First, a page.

-1
$\begingroup$

I want to calculate $\int ^t _0 W_tdW_t$

I know that the reasoning is the following:

Let $x(t)=W(t)$ with $a=0$ and $b=1$ in the definition of an Ito Process, and $f(t,x)=x^2$.

Then, applying Ito's formula:

$df=\frac{\partial f}{\partial t}dt + \frac{\partial f}{\partial x}dW+\frac{1}{2}\frac{\partial ^2f}{\partial x^2}dt$

$dW^2=dt+2WdW$

$\int dW^2 = \int dt + 2\int WdW$

$\int WdW=\frac{1}{2}W^2-\frac{t}{2}$

My problem is that I don't understand why $df$ is equal to $dW^2$ since for me it would be $df=d(x^2)=d(W^2)$ and considering that I don't know over which variable I am deriving it, I don't know how the results above are explained.

It may be a really easy question but I am starting to study these things and I want to make sure that I understand the basics of it.

Thanks!

$\endgroup$
1
  • 2
    $\begingroup$ Yes, it is $d(W^2)$ $\endgroup$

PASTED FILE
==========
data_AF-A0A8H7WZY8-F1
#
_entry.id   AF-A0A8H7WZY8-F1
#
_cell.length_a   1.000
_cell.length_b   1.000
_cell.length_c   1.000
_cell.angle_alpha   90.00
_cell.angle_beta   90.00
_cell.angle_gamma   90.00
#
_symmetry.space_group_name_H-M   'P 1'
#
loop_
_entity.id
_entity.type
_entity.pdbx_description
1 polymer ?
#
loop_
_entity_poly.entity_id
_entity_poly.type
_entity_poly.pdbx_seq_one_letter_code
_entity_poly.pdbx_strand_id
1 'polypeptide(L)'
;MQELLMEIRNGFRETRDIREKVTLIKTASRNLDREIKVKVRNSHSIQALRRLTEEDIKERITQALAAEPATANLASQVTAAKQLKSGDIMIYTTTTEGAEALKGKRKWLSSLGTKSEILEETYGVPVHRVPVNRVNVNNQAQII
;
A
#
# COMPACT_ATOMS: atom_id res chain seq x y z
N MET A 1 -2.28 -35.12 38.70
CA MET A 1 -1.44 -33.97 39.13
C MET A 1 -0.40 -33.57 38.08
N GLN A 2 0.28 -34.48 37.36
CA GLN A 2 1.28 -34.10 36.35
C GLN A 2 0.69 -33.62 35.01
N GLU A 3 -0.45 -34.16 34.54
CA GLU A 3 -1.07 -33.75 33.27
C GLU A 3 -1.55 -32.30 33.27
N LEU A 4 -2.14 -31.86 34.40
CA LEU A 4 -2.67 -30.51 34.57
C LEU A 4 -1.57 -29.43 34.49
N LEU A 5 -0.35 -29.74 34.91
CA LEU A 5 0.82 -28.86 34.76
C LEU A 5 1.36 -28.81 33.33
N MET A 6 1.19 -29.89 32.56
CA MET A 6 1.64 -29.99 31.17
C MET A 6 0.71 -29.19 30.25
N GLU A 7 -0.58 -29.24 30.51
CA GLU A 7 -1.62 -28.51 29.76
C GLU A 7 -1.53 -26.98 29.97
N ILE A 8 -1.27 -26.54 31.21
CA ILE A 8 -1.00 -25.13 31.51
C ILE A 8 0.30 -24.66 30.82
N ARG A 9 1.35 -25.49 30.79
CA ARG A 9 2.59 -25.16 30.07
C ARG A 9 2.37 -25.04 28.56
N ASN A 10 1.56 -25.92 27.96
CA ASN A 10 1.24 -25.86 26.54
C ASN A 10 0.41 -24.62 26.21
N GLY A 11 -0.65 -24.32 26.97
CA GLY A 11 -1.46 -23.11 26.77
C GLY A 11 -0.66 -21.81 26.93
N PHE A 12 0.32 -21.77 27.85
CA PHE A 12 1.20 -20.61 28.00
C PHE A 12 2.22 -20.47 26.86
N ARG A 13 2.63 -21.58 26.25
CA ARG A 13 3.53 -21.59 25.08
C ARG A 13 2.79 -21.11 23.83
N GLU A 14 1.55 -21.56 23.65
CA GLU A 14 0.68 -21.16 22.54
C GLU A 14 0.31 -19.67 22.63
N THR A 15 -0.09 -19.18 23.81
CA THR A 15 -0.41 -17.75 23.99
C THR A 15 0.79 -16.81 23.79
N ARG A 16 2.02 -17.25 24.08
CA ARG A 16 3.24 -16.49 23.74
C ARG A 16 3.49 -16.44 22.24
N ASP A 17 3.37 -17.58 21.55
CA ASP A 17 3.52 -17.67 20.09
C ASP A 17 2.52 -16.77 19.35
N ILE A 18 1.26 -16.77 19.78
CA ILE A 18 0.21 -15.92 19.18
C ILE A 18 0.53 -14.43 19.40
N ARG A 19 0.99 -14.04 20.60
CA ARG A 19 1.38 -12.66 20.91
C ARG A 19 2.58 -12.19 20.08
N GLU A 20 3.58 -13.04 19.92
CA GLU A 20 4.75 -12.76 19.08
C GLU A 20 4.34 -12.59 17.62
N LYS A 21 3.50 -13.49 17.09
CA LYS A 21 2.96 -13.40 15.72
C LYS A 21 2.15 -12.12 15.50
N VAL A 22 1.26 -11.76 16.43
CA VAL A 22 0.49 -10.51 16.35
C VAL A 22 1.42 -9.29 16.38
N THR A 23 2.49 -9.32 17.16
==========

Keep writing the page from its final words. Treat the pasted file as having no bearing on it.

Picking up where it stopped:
– nbbo2
    Commented Nov 17, 2016 at 20:47

1 Answer 1

6
$\begingroup$

You are "deriving" with respect to $t$ (the time index in your stochastic process).

$f(t,x) = x^2$ so $f(t,W_t) = W_t^2$. And Ito's lemma tells you

$W_b^2 - W_a^2 = \int_{t=a}^b d(W_t^2) = \int_{t=a}^b df(t,W_t) = \int_{t=a}^b 2W_t dW_t + \int_{t=a}^b dt$ for all $0 \le a <= b$.

PS: Actually you are not deriving. The differential notation is just a notation to avoid having to write integrals. Ito's lemma is an identity between stochastic integrals.

$\endgroup$

Your Answer

By clicking “Post Your Answer”, you agree to our terms of service and acknowledge you have read our privacy policy.

Not the answer you're looking for? Browse other questions tagged or ask your own question.